Vallombrosa Center in Menlo Park is building new Lourdes shrine

by Nicholas Smith on September 17, 2019

Thanks to the generosity of an anonymous donor, Vallombrosa Center in Menlo Park has embarked on a project to renovate its Lourdes grotto and build around it a shrine to Our Lady of Lourdes.

A retreat center visitor in 2018 noticed the grotto, built in the 1950s after the Archdiocese acquired the property, was in urgent need of repair and offered to donate funds and assistance in building a new one. His advocacy spurred the center into starting the renovation of the grotto and then re-envisioning the area surrounding it.

Vallombrosa plans to add new lighting and landscaping to the grotto and build a fountain for St. Bernadette Soubirous, to whom Mary appeared at Lourdes. The area in front of the statue, on a corner of the property next to Church of the Nativity, will be paved and turned into a plaza for outdoor Mass.

“We’re trying to make a welcoming space,” said David Leech, Vallombrosa’s marketing director.

The center will also build a meditative spiritual works of mercy path leading to the shrine, which will complement the corporal works of mercy garden on the southern side of the property.

According to Vallombrosa’s website, the shrine complex will “create a quiet and sacred space for prayer, reflection and devotion.”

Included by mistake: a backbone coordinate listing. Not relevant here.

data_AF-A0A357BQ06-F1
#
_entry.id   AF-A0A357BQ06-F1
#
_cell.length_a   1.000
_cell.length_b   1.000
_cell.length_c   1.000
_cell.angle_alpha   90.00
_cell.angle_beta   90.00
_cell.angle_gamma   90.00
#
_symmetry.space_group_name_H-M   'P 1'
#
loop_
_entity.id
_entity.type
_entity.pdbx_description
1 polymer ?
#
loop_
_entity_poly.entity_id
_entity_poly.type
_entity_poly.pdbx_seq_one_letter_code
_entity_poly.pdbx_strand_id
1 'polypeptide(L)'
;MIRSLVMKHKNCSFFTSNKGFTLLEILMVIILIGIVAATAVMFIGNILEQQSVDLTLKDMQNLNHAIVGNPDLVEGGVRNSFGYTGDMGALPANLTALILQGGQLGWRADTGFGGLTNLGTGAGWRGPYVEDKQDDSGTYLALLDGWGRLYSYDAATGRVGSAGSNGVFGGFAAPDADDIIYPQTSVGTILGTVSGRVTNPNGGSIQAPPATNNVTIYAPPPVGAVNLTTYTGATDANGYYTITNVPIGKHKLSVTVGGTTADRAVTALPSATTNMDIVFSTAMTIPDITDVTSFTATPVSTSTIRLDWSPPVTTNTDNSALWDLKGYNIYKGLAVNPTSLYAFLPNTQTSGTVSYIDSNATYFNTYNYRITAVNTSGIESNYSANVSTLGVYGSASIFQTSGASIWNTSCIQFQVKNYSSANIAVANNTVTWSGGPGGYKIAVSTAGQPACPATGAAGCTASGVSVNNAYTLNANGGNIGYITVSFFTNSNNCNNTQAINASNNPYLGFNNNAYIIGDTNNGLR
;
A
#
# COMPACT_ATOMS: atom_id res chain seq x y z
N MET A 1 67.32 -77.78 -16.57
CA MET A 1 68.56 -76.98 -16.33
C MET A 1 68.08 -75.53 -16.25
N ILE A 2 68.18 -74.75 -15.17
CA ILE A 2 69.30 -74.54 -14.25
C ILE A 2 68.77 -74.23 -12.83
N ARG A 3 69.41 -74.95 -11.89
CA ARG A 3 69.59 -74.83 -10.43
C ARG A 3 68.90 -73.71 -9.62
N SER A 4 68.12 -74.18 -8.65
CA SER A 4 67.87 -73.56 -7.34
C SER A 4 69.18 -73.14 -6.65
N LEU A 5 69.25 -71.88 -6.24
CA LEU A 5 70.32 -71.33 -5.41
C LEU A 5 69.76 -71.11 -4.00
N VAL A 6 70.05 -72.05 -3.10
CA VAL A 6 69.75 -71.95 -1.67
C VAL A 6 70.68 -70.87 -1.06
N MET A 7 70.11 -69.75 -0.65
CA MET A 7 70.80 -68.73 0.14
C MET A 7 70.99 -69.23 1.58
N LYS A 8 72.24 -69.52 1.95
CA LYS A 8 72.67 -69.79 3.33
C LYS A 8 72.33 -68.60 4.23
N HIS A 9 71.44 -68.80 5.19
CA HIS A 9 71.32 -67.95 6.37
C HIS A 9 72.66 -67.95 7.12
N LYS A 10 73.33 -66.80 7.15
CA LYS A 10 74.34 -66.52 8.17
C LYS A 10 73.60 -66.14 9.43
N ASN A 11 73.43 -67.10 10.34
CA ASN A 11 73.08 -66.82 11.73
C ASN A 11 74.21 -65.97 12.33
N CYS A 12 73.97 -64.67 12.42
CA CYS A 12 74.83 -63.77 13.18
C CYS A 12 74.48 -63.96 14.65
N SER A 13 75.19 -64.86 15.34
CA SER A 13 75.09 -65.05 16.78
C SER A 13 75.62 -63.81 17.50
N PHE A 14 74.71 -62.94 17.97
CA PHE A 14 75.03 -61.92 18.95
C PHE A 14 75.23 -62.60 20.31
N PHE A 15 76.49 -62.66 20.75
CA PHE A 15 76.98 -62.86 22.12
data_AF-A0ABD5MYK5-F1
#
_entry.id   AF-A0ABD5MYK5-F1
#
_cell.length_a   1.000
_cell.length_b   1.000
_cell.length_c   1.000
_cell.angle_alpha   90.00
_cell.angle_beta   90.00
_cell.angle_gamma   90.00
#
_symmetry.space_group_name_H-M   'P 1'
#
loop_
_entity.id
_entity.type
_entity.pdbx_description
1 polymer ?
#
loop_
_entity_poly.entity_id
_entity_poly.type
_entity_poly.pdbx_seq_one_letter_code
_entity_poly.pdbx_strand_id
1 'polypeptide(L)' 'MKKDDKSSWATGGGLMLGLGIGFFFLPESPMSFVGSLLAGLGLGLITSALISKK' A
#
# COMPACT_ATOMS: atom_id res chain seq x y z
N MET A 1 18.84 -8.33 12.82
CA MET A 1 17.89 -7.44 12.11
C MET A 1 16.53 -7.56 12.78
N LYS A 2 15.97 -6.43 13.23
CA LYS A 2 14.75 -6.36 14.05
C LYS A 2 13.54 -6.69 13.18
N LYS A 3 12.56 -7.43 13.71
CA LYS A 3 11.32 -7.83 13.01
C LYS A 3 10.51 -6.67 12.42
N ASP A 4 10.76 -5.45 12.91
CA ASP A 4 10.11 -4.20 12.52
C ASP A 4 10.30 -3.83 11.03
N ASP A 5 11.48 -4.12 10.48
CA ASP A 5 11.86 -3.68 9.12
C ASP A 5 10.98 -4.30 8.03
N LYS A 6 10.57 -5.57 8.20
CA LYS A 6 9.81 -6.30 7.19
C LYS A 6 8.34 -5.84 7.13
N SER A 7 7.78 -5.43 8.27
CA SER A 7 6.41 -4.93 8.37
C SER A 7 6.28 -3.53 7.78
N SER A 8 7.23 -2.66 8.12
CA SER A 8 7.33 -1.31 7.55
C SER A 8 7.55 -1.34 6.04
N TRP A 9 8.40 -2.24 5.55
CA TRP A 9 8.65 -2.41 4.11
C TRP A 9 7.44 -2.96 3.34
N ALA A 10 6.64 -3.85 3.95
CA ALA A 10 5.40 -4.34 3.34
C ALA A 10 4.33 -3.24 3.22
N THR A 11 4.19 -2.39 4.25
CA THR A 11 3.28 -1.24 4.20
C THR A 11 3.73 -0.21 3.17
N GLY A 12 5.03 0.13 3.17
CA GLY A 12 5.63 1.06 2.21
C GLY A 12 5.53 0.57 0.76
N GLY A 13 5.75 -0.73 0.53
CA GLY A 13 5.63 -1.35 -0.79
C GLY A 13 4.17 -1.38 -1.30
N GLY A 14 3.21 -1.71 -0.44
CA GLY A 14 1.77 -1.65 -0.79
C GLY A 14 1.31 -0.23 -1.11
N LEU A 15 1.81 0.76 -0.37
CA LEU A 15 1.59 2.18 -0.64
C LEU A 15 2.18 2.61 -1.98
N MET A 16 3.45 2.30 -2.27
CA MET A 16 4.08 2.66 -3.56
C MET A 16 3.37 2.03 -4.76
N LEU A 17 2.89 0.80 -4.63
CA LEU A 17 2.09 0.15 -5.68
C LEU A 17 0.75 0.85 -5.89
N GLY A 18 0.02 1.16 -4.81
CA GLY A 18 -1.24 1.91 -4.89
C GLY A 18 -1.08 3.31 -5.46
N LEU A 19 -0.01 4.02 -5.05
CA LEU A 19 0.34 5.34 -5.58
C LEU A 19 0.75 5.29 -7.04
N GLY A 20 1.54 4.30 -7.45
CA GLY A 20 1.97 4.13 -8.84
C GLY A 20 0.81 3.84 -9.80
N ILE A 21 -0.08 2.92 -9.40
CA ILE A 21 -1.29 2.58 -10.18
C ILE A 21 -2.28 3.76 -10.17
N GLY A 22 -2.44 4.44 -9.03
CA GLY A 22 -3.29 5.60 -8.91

Dave Fencl, operations director for Vallombrosa, said the plaza would be named after late chaplain Father Kevin Gaffey. The priest had been “instrumental” in the vocation of a number of priests, he said, and “he was kind of considered the ultimate for a parish priest.”

To partially fund the project, the center is selling bricks that can be etched with personal messages, Fencl said.

“It’s a way to build brick-by-brick, but also to honor people, people you love or who are now with God,” he said.

Fencl said he looks forward to the addition of the meditative shrine to the Vallombrosa grounds.

“The concept is to be able to do the corporal works, do the Stations of the Cross, go to the spiritual works of mercy and then end up at the grotto of Our Lady of Lourdes. Anything to slow people down and help them reflect and contemplate – that’s all part of what we’ve been trying to accomplish here,” he said.

The anonymous donor told Catholic San Francisco “My fondest and most cherished hope is that with the restoration of the grotto, the Blessed Mother will be honored as she should be and has been, and so increase her intercession for the retreat center and all who dwell in it.”

Donations can be made online.

Top Photo by Scott R. Kline (c) 2018 before restoration begun. Second photo is restoration in progress, courtesy of Valombrosa

This originally appeared on Catholic San Francisco and is used with permission.


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